MY good old friend, in his white flannel dressing-gown, with his wig “removed,” as they say of the dinner-service, by a crimson nightcap, sat for some moments gazing into the fire. At last he looked up. I knew what was coming. “Apropos, that little debt of mine — ”
Not that the debt was really very little. But M. de Bergerac was a man of honor, and I knew I should receive my dues, He told me frankly that he saw no way, either in the present or the future, to reimburse me in cash. His only treasures were his paintings ; would I choose one of them ? Now I had not spent an hour in M. de Bergerac’s little parlor twice a week for three winters, without learning that the Baron’s paintings were, with a single exception, of very indifferent merit. On the other hand, I had taken a great fancy to the picture thus excepted. Yet, as I knew it was a family portrait, I hesitated to claim it. I refused to make a choice. M. de Bergerac, however, insisted, and I finally laid my finger on the charming image of my friend’s aunt. I of course insisted, on my side, that M. de Bergerac should retain it during the remainder of his life, and so it was only after his decease that I came into possession of it. It hangs above my table as I write, and I have only to glance up at the face of my heroine to feel how vain it is to attempt to describe it. The portrait represents, in dimensions several degrees below those of nature, the head and shoulders of a young girl of two-and-twenty. The execution of the work is not especially strong, but it is thoroughly respectable, and one may easily see that the painter deeply appreciated the character of the face. The countenance is interesting rather than beautiful, — the forehead broad and open, the eyes slightly prominent, all the features full and firm and yet replete with gentleness. The head is slightly thrown back, as if in movement, and the lips are parted in a halfsmile. And yet, in spite of this tender smile, I always fancy that the eyes are sad. The hair, dressed without powder, is rolled back over a high cushion (as I suppose), and adorned just above the left ear with a single white rose; while, on the other side, a heavy tress from behind hangs upon the neck with a sort of pastoral freedom. The neck is long and full, and the shoulders rather broad. The whole face has a look of mingled softness and decision, and seems to reveal a nature inclined to revery, affection, and repose, but capable of action and even of heroism. Mlle de Bergerac died under the axe of the Terrorists. Now that I had acquired a certain property in this sole memento of her life, I felt a natural curiosity as to her character and history. Had M. de Bergerac known his aunt? Did he remember her ? Would it be a tax on his good-nature to suggest that he should favor me with a few reminiscences ? The old man fixed his eyes on the fire, and laid his hand on mine, as if his memory were fain to draw from both sources — from the ruddy glow and from my fresh young blood — a certain vital, quickening warmth. A mild, rich smile ran to his lips, and he pressed my hand. Somehow, — I hardly know why,— I felt touched almost to tears. Mlle. de Bergerac had been a familiar figure in her nephew’s boyhood, and an important event in her life had formed a sort of episode in his younger days. It was a simple enough story; but such as it was, then and there, settling back into his chair, with the fingers of the clock wandering on to the small hours of the night, he told it with a tender, lingering garrulity. Such as it is, I repeat it. I shall give, as far as possible, my friend’s words, or the English of them ; but the reader will have to do without his inimitable accents. For them there is no English.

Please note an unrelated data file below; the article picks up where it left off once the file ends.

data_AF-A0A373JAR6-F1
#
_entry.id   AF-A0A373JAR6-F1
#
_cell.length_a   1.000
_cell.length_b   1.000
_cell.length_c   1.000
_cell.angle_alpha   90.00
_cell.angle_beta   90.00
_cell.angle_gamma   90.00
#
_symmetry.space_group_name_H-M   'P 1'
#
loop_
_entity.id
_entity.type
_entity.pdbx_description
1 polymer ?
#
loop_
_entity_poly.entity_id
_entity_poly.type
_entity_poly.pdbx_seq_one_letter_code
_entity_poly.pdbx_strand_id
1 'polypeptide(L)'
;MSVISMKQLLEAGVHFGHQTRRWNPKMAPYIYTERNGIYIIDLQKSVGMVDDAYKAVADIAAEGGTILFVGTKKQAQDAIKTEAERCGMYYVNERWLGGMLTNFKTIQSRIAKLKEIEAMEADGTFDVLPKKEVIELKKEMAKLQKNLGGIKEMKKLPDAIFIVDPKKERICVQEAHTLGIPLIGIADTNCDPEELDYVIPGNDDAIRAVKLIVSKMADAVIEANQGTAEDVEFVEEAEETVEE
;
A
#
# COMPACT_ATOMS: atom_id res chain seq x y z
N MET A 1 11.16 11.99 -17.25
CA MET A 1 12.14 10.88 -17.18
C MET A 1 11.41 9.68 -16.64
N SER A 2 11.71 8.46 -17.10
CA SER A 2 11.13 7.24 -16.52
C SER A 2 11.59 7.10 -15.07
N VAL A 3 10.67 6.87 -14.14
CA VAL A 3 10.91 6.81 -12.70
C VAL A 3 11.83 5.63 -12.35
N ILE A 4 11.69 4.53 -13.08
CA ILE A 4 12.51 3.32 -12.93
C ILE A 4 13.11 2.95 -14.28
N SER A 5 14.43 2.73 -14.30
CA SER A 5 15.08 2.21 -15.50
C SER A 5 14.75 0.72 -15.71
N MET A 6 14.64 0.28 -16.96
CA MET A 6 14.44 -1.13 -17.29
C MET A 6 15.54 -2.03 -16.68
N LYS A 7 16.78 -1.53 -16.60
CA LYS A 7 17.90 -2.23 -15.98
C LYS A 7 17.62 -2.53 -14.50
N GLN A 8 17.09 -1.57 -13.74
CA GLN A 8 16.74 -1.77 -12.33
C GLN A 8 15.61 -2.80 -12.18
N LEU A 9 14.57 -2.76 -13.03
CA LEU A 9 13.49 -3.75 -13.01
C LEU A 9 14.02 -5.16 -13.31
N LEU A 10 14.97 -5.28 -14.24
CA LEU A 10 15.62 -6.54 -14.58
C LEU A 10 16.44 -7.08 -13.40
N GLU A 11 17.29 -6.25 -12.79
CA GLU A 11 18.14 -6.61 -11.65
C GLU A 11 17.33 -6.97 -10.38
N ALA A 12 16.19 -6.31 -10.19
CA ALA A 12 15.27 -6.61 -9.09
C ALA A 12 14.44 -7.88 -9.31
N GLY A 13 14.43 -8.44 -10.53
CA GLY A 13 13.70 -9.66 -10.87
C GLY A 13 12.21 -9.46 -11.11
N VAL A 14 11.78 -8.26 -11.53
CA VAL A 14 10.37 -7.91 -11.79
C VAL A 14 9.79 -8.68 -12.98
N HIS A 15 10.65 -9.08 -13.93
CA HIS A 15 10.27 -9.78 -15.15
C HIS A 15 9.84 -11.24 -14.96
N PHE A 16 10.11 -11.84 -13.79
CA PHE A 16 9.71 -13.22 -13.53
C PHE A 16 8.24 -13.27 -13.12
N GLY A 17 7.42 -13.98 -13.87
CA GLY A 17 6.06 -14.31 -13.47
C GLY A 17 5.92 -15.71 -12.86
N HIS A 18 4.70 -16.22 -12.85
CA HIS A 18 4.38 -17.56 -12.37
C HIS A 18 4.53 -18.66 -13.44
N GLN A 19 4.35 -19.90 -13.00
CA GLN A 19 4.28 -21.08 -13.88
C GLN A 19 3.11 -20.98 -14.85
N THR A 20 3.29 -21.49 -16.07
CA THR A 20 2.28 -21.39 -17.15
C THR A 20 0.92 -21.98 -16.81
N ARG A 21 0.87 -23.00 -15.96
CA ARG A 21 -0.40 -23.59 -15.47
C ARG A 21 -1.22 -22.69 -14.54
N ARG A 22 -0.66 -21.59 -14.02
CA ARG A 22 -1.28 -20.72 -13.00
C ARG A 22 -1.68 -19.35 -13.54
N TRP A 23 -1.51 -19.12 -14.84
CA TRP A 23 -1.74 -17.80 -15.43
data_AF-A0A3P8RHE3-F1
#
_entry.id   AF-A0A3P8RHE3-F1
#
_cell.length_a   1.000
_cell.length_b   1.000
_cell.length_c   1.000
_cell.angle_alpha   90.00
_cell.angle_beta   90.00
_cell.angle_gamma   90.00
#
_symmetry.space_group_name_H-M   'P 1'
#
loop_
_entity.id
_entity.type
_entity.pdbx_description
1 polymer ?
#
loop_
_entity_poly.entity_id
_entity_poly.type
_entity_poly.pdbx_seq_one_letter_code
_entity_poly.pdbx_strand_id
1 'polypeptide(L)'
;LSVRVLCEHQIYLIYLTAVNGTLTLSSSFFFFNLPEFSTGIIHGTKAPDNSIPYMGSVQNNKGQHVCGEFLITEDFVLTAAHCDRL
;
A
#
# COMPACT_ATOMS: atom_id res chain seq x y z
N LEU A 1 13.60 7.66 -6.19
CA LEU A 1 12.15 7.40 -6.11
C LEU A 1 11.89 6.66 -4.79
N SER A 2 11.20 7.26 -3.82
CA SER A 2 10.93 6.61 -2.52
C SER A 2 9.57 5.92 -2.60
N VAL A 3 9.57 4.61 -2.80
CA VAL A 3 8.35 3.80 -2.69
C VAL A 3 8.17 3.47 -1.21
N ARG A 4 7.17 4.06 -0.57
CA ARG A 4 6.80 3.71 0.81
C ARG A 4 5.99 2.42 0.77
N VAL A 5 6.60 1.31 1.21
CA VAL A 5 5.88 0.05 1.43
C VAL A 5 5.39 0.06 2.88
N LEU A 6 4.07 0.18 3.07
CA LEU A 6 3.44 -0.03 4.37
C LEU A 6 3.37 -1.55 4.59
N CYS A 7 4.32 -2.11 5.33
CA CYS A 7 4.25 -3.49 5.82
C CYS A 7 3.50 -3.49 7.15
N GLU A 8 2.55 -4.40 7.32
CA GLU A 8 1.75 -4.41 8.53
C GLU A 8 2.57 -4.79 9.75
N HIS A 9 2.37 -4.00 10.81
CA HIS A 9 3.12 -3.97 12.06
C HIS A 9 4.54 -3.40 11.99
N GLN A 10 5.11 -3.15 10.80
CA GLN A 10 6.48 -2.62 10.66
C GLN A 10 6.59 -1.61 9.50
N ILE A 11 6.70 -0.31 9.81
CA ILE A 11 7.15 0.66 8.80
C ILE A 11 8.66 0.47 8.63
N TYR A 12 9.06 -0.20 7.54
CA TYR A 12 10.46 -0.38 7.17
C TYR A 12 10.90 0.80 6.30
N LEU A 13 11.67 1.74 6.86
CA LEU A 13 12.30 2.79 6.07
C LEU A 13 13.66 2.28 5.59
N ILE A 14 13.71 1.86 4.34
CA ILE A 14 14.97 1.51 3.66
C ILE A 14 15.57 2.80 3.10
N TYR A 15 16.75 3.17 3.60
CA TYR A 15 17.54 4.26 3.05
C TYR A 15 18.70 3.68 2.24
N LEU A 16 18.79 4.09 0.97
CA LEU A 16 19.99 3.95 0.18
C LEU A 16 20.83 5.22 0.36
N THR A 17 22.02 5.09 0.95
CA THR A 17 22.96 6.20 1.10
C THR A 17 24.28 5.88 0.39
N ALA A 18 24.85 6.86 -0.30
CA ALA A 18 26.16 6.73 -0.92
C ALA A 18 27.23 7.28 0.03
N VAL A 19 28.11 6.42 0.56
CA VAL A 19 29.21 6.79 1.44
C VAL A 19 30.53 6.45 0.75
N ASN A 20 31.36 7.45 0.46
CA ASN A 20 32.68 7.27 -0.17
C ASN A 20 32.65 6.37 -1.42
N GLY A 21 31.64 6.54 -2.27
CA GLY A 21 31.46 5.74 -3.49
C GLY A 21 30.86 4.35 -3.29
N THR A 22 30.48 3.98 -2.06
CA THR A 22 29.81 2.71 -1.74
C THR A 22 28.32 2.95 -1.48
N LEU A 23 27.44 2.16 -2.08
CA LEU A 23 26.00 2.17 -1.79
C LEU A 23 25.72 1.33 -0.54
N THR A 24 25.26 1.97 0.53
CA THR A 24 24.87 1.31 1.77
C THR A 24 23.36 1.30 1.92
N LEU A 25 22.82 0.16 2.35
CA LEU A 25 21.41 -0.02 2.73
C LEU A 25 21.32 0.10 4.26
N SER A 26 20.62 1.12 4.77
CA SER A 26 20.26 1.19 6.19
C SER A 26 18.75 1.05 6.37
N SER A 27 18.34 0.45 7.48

My father’s household at Bergerac (said the Baron) consisted, exclusive of the servants, of live persons, — himself, my mother, my aunt (Mlle. de Bergerac), M. Coquelin (my preceptor), and M. Coquelin’s pupil, the heir of the house. Perhaps, indeed, I should have numbered M. Coquelin among the servants. It is certain that my mother did. Poor little woman ! she was a great stickler for the rights of birth. Her own birth was all she had, for she was without health, beauty, or fortune. My father, on his side, had very little of the last ; his property of Bergerac yielded only enough to keep us without discredit. We gave no entertainments, and passed the whole year in the country; and as my mother was resolved that her weak health should do her a kindness as well as an injury, it was put forward as an apology for everything. We led at best a simple, somnolent sort of life. There was a terrible amount of leisure for rural gentlefolks in those good old days. We slept a great deal; we slept, you will say, on a volcano. It was a very different world from this patent new world of yours, and I may say that I was born on a different planet. Yes, in 1789, there came a great convulsion; the earth cracked and opened and broke, and this poor old pays de France went whirling through space. When I look back at my childhood, I look over a gulf. Three years ago, I spent a week at a country house in the neighborhood of Bergerac, and my hostess drove me over to the site of the chateau. The house has disappeared, and there’s a homœopathic— hydropathic— what do you call it ?—establishment erected in its place. But the little town is there, and the bridge on the river, and the church where I was christened, and the double row of lime-trees on the marketplace, and the fountain in the middle. There’s only one striking difference: the sky is changed. I was born under the old sky. It was black enough, of course, if we had only had eyes to see it ; but to me, I confess, it looked divinely blue. And in fact it was very bright, — the little patch under which I cast my juvenile shadow. An odd enough little shadow, you would have thought it I was promiscuously cuddled and fondled. I was M. le Chevalier, and prospective master of Bergerac ; and when I walked to church on Sunday, I had a dozen yards of lace on my coat and a little sword at my side. My poor mother did her best to make me good for nothing. She had her maid to curl my hair with the tongs, and she used with her own fingers to stick little black patches on my face. And yet I was a good deal neglected too, and I would go for days with black patches of another sort. I’m afraid I should have got very little education if a kind Providence had n’t given me poor M. Coquelin. A kind Providence, that is, and my father ; for with my mother my tutor was no favorite. She thought him—and, indeed, she called him — a bumpkin, a clown. There was a very pretty abbé among her friends, M. Tiblaud by name, whom she wished to install at the chateau as my intellectual, and her spiritual, adviser ; but my father, who, without being anything of an esprit fort, had an incurable aversion to a priest out of church, very soon routed this pious scheme. My poor father was an odd figure of a man. He belonged to a type as completely obsolete as the biggest of those bigboned, pre-bistoric monsters discovered by M. Cuvier He was not overburdened with opinions or principles. The only truth that was absolute to his perception was that the house of Bergerac was de bonne noblesse. His tastes were not delicate. He was fond of the open air, of long rides, of the smell of the game-stocked woods in autumn, of playing at bowls, of a drinking-cup, of a dirty pack of cards, and a free-spoken tavern Hebe. I have nothing of him but his name. I strike you as an old fossil, a relic, a mummy. Good heavens ! you should have seen him, —his good, his bad manners, his arrogance, his bonhomie, his stupidity and pluck.